Unfortunately when a child is particularly bright he is expected to be emotionally precocious as well. That is erroneous thinking. Academic achievement is not related to emotional maturity. Your boy can be inattentive for two reasons, (1) he hasn't settled down yet (boys settle later than girls), or (2) he is bored out of his skull.
The worst thing you can do to him is to keep him back. That is like a punishment for being clever and can break a child's spirit. What you might do is to find out if there are any schools in your area designed to meet the needs of (what may be) a gifted child. By the way, your son's behavior does not sound in any way abnormal.
I pretty much agree with allmymarbles. Keeping him back would be a mistake. If he actually did have something like ADD, holding him back is not addressing the problem. Typically, the only good reason is if a child is very young for the grade level (like being 6 in second grade). If he has a birthday after September, he well could be one of the younger kids in the class and is acting accordingly. That will shortly change as he matures.
He may well be bored because the work is so easy for him and thus he looks for other things to do. Of course, he could have ADD. How does he do at home - or when something is more challenging?
He is a typical 7 year old boy at home. After he has learned more challenging work he does it with ease. He makes simple mistakes on information he has learned and when ask to review it again he picks the correct answer. He enjoys reading and currently is reading books such as Diary of Wimpy Kid, and Charlottes Web. I am having his Peditrician review the comments his teacher has made as well.
He was moved up a grade which did cause him to be younger then everyone else but academically he is just as successful as the students that are on grade level. I stated to his teacher that by the time he get to the third grade a lot of his weakness will start leveling out but it is as if she doesn't hear me. When I had a parent conference with her and the principal one of the key questions I ask was if I held him back what are you going to do different with him, of course no one had a solid answer. I told them he was sure to become a behavior problem by the fact that he has mastered the content well enough to pass to the 3rd grade.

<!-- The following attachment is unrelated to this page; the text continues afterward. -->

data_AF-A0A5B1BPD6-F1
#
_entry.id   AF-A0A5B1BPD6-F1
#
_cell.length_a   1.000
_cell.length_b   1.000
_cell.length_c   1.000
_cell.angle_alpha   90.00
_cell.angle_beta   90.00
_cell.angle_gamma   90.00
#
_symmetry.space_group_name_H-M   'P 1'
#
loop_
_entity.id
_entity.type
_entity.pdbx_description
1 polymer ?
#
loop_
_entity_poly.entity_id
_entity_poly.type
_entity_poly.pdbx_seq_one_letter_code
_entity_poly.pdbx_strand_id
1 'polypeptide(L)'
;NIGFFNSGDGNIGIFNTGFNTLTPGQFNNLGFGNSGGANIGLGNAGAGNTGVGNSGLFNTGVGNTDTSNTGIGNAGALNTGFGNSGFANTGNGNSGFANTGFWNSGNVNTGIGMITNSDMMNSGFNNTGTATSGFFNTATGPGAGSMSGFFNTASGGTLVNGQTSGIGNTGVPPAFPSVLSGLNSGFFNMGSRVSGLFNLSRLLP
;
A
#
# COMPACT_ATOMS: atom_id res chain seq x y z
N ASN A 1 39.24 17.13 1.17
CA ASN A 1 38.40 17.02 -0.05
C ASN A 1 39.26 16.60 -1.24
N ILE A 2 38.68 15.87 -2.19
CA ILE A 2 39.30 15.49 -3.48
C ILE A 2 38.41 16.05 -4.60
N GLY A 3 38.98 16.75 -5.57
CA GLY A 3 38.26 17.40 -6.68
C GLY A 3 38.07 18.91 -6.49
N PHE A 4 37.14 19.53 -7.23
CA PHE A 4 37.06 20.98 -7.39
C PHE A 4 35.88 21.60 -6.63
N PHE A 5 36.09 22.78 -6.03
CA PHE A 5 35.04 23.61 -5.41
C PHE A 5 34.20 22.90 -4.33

Sounds to me like your problem is not with your son, but with the school. Schools seem increasingly intolerant of those who do not meet their narrow conception of "normal." It is in fact the minor variations in our behavior and thinking that make us unique. Cherish your son.
I see no valid reason to hold him back. However, the teacher who is talking about him is seeing him do something different than the rest of the class is doing - or she would not be making the comments. The question is why is he having these behavioral problems. It well could be as allmymarbles says its the teachers narrow view. It could be he just gets bored and hasn't yet learned how to deal with that boredom in a way that pleases the teacher. I have seen that happen. It could be he does have a problem like ADD. Frankly, I think it will take until the next year and a new teacher to find out. And that may not even be enough time. A really intelligent kid can easily get through 4th grade and probably almost to 7th grade until the curriculum gets too much.
I don't want to unnecessarily worry you. But, if I were you, I would do a bit of research into ADD, just in case. Keeping him back won't help him. Being properly informed about the situation so that action can be taken if warranted, will help him. Please post if you have any more questions or need any additional information.